Sagashus Levingston, founder of Infamous Mothers, hopes to flip norms when it comes to conferences with the Talk Back.

Now, for the capstone event of her “Infamous Mothers” campaign, the writer and entrepreneur will be trying to shake up preconceived notions of the roles those mothers play in the context of a conference.

Levingston’s first Talk Back conference, which kicks off on Thursday, Feb. 22 at the Marriott Hotel in Middleton, will feature 18 workshops and 9 panels primarily led by “infamous mothers” — women of color who have navigated adversity and emerged as creators, leaders and change-makers.

“These are women people often see as takers. But they are business owners. They have college degrees. They are counselors. They wanted to be able to present information to the community that only they are capable of presenting,” said Levingston. “It’s about interrupting the norm.”

The scope of the programming is broad, encompassing social issues, pop culture, autobiographical storytelling, art and entrepreneurship. Levingston herself described it as “a weird hybrid of things.”

Carmella Glenn, a program coordinator with the Madison Area Urban Ministry, will hold a talk on women and incarceration. Author Felicia Clark will host a panel on the literary genre of Afro-futurism. Edwina Robinson, a substance abuse counselor, will hold a workshop on self-care.

Keynote speakers will include state Sen. Lena Taylor, who will give a talk on the practice of shackling pregnant inmates to their beds during childbirth; Dane County Judge Everett Mitchell, who will discuss trauma-informed practices in courtrooms; and Ohio State University Professor Elaine Richardson, who will talk about her story of escaping human trafficking and substance abuse to thrive in academia.

Levingston herself will hold a talk called “Get Your Hand Out of My Panties,” on the way that institutions from social work to health care can contribute to sexual trauma.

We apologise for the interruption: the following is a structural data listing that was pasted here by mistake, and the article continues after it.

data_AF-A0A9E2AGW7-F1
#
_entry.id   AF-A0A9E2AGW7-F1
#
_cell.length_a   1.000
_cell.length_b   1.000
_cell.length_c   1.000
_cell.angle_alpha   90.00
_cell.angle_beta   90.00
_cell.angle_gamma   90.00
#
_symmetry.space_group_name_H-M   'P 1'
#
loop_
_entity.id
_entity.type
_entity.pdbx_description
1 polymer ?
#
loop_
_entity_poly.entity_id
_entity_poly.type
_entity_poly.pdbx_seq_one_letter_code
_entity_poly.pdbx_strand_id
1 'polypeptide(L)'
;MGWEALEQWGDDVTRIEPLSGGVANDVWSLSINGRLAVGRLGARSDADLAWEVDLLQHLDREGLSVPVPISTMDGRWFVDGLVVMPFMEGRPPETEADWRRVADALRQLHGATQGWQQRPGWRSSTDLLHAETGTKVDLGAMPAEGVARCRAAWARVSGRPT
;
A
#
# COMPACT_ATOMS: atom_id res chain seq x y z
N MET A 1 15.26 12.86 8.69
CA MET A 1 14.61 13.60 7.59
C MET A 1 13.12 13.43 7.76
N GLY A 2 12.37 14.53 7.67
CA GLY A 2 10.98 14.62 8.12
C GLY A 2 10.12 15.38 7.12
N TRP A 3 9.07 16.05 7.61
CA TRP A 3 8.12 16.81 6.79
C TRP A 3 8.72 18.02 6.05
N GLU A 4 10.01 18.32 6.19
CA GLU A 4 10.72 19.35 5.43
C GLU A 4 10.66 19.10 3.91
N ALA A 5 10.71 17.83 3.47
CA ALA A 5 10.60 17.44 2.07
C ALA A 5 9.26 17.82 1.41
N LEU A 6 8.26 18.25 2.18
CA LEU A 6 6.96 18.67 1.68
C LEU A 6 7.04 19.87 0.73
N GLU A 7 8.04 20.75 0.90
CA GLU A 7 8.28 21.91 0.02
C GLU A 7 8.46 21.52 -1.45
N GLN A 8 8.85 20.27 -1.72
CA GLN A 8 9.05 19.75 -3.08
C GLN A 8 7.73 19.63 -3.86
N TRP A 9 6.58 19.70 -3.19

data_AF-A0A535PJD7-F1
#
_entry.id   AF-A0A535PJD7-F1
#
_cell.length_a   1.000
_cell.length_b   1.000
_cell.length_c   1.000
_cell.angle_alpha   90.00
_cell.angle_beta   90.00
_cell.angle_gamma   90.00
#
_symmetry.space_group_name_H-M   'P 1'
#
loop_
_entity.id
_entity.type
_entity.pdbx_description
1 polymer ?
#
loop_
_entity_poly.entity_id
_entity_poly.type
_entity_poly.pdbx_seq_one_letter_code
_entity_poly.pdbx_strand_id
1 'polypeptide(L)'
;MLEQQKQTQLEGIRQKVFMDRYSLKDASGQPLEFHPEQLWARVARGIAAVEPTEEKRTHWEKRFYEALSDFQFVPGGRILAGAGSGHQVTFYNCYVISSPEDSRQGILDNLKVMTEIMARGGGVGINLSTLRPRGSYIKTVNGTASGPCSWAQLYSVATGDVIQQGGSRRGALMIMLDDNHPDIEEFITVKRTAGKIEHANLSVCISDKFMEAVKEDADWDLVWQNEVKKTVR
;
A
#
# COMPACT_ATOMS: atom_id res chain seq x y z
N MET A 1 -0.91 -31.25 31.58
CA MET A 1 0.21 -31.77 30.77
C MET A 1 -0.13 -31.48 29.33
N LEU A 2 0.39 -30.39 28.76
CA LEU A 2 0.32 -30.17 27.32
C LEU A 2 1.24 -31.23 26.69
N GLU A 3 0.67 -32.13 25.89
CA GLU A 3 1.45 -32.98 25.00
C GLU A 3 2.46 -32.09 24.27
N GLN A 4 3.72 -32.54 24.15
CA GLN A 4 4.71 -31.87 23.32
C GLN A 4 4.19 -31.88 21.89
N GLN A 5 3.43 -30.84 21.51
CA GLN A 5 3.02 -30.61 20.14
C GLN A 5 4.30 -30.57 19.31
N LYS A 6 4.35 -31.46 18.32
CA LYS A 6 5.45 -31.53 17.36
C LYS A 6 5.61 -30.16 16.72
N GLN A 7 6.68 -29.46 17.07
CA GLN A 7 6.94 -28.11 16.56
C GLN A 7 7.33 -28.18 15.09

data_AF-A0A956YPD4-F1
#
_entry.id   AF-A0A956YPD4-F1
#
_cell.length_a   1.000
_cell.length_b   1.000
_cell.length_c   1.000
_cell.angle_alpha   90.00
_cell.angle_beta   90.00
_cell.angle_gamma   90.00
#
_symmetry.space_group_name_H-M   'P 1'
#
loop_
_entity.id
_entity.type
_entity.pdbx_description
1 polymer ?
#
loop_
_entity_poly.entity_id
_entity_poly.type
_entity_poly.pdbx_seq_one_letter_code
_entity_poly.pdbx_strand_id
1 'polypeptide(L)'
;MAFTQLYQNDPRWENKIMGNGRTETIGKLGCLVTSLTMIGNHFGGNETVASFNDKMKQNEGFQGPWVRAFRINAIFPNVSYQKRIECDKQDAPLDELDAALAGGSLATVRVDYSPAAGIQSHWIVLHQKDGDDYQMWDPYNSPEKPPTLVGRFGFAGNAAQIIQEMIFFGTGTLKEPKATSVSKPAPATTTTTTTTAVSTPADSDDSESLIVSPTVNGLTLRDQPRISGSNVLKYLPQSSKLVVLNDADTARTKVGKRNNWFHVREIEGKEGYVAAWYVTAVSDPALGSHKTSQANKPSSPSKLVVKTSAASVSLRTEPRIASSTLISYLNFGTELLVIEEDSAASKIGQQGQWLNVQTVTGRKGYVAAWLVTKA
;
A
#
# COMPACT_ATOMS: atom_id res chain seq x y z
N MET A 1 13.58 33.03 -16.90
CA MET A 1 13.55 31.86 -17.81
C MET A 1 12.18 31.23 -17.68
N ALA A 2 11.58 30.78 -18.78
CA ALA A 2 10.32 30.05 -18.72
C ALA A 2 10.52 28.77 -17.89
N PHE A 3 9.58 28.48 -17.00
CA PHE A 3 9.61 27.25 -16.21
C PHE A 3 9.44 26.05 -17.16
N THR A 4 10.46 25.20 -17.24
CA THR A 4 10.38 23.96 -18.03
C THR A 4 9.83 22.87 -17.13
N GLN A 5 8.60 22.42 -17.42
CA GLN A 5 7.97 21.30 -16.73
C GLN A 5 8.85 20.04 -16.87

“We’re talking a lot about the individual acts of powerful men like Harvey Weinstein,” “I want people to think about … how institutions can come together and make a woman feel as powerless and as raped and as traumatized sexually as some individuals can.”

A major point of the programming, said Levingston, will be flipping norms when it comes to who speaks, versus who listens, at conferences. The usual experts and authorities — technologists, business people, professors — will be in the audience at the Talk Back. Infamous mothers will have the floor. 

“If key decision-makers could sit at the table with these moms, they could construct models for them to succeed,” she said.

Levingston founded the Infamous Mothers company in 2016 as an outgrowth of her English doctoral research at the University of Wisconsin-Madison. The mission of her work has been to counter the typical narratives of suffering, victimhood and criminality often ascribed to black mothers in the media, and to recognize them as influencers in their own right.

A focal point of her campaign has been the publication of a coffee book called “Infamous Mothers” last year. The book features photography and autobiographical writing from infamous mothers. Some of the women in the book will be among those giving talks at the conference.

She spearheaded an ambitious campaign to get copies in the hands of 10,000 women last year. While that effort fell short, she said she was still able to distribute $25,000 worth of books through a grant supporting her work.

While the conference represents the end of the initial phase of Infamous Mothers, Levingston’s company will keep busy throughout 2018. Levingston plans to launch Infamous Mothers University, a program that would offer training and resources to the women she works with.

In addition, the company is working with local software maker BendyWorks on a lifestyle app for infamous mothers.

“Normally we think about technology, we think of white men,” noted Levingston. “White men create toys for other white men. But what happens when black women are the ones who are targeted?”

Also on the horizon: A play based on “Infamous Mothers” — a staged reading for which will be performed at the conference — and a new project called “Infamous Men.”

Registration for the inaugural Talk Back conference ends on Thursday, Feb. 15.

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Erik Lorenzsonn is the Capital Times' tech and culture reporter. He joined the team in 2016, after having served as an online editor for Wisconsin Public Radio and having written for publications like The Progressive Magazine and The Poughkeepsie Journal.